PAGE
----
MGWCC #244

crossword 3:04
meta -2:40 

hello and welcome to episode #244 of matt gaffney’s weekly crossword contest, “Thus Solved Zarathustra”. this was as easy a week 1 puzzle as you could ask for. the instructions tell us that we are seeking a four-legged animal who would feel at home in this grid. well, what are the theme answers?

  • right off the bat at 1-across, we get {With 69-across, play on a familiar phrase that describes how this puzzle’s theme answers run} FROM/Z TO A. i got the FROM rather quickly, and it only took a few more seconds to pick up the first theme answer (see below).
  • {“Avatar” actress} ZOE SALDANA. i always want to call her SALANA, perhaps because i am mentally conflating her somewhat with lola falana. anyway, due to the grid structure, this wasn’t the first theme answer i encountered.
  • {European capital since 1992} is ZAGREB, CROATIA. this one was, and since i already had the Z in place from FELIZ at 1d, i was able to slap down the rest of the answer with only that one crossing. combined with the FROM at 1a, i had the entire theme down and knew what the meta answer was going to be at this point, only 24 seconds after starting. that’s not quite a record for me, but it comes pretty close.
  • {Rage Against the Machine’s lead singer} is ZACK DE LA ROCHA. knew him, although i had my usual hesitation about ZACK vs ZACH.
  • {Holy book for Zoroastrians} is the ZEND AVESTA. the avesta recounts the cosmic struggle between the forces of light and darkness, personified by ahura mazda and ahriman (angra mainyu). ahura mazda is, i think, the only deity of a major world religion to have an automobile make named for him.

what else might have gone in this theme? the title is a reference to the nietzsche book thus spoke zarathustra; zarathustra is the german name of zoroaster, author of parts of the avesta. mystery hunt veterans might have been expecting to see zyzzlvaria. one of my favorite literary devices, the zeugma, isn’t in luck or this puzzle. set theorists would have enjoyed seeing zorn’s lemma, i’m sure. (Q: what’s yellow and equivalent to the axiom of choice?) the paradoxical pre-socratic philosopher, zeno of elea, often appears in crossword puzzles either as ZENO or in a clue for his hometown ELEA, but i’ve never seen the whole thing in the grid. social gaming company zynga made a splash with farmville and words with friends, but seems to be steadily hemorrhaging money, the way so many of these businesses do.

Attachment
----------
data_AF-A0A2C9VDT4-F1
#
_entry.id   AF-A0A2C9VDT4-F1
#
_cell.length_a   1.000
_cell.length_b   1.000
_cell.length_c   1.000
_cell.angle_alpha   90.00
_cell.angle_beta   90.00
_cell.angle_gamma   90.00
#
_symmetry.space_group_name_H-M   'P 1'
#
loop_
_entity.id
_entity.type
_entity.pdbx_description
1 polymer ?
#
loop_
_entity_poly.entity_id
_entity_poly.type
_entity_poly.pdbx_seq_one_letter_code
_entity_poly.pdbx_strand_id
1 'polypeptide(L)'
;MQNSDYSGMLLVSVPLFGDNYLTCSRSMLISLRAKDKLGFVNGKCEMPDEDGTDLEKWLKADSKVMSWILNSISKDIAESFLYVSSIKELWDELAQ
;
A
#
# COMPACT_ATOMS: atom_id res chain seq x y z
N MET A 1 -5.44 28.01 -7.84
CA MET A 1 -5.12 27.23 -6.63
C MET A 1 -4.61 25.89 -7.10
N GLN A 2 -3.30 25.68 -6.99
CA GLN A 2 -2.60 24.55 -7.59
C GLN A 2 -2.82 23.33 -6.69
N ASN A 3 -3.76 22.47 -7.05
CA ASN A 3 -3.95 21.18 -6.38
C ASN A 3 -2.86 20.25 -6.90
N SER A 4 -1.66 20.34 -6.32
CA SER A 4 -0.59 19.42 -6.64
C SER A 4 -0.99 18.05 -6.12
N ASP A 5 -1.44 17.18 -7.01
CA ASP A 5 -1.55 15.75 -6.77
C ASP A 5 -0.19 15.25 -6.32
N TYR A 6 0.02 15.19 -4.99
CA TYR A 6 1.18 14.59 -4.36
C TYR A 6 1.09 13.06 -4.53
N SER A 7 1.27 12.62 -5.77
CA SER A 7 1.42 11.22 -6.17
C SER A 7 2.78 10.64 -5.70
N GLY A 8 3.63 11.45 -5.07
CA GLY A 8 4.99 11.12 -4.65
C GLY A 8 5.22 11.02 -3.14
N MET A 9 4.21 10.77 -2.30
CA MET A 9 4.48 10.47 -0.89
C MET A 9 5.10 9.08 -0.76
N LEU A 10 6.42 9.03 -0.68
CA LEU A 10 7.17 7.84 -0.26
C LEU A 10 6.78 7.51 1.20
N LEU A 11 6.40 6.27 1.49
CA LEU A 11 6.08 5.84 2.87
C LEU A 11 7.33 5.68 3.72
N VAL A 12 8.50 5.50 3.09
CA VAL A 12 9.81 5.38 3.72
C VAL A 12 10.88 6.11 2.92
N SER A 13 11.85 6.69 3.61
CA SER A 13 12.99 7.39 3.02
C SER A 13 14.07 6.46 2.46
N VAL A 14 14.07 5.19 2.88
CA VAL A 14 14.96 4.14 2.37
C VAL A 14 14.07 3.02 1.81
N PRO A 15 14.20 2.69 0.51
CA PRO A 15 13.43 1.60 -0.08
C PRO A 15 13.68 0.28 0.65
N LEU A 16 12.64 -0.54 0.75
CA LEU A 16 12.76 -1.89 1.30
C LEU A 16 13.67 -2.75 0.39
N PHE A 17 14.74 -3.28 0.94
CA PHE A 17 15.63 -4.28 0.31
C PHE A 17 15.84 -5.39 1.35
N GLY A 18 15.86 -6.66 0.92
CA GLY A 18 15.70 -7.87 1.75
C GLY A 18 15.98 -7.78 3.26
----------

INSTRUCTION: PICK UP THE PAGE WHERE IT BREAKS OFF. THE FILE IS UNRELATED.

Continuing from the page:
oh, and it hardly needs to be mentioned, but the four-legged animal we want is, of course, the zebra. according to matt, some 6 solvers managed to submit incorrect answers. plot surmised that perhaps scrabble enthusiasts (and/or entomologists) tried zyzzyva, everyone’s favorite Z-TO-A animal, but alas, it fails to meet the “four-legged” stipulation.

many of you know mike nothnagel, crossword constructor par excellence. many of you are also familiar with NPR’s (relatively) new quiz show, ask me another. well, mike was on last week’s episode, competing in a segment that was kind of the inverse of this theme: A to Z, instead of Z to A. i won’t spoil the outcome, but it’s a fun segment. actually, the whole show is fun. i especially enjoyed the “we will rock you” game.


  • {Brand of inflatable mattress} AERO. don’t think i’ve seen this. is it a new clue for AERO?
  • {One of the Fates} CLOTHO. if i remember correctly, she does the spinning, lachesis does the weaving, and atropos does the cutting.
  • {Like the walls of Harvard Yard} IVIED. well, you might think that, but for the most part, they’re not.
  • {American soccer star Claudio ___ (anagram of YEARN)} REYNA. hey, now that football season is over, it’s back to the other kind of football for me. the USA has an important world cup qualifier tomorrow in honduras.
  • {Seemingly vowelless Welsh word for a valley(though its middle letter is in fact a vowel)} CWM! yes! a great scrabble word to play against laypeople, if only to mess with their minds a bit. i’ve played this before, but never had a chance to play CRWTH (a stringed instrument similar to a lyre). for the record, the w is kind of an “oo” vowel.
  • {“Slaves of New York” novelist Tama ___} JANOWITZ. wow, never seen her last name in the grid. (i assume it’s a her, anyway.)
  • {Olivier-Newton-John title?} SIR. hee hee. funny clue. shades of last week’s meta, too.

okay, that’s all for me. hope you all enjoyed this lovely week 1 puzzle…

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37 Responses to MGWCC #244

  1. Paul Coulter says:

    There IS one other answer the qualifies, though I followed the striped herd and went with zebra. The other quadrapod is the zorilla. I know it sounds like a sleepy gorilla, but it’s actually a kind of polecat. The name means little fox in Spanish. Remember, el Zorro was the Fox.

  2. Blanche Schulz says:

    This puzzle was as easy as the previous one was diabolically difficult. In fact, I hesitated for a long time before sending in ZEBRA, thinking that there must be some clever trick that I was missing. As for vowelless words, the Czech language is notorious for that. Here’s a sentence: Vlk zmrzl, zhltl hrst zrn (the wolf froze, he swallowed a handful of grains).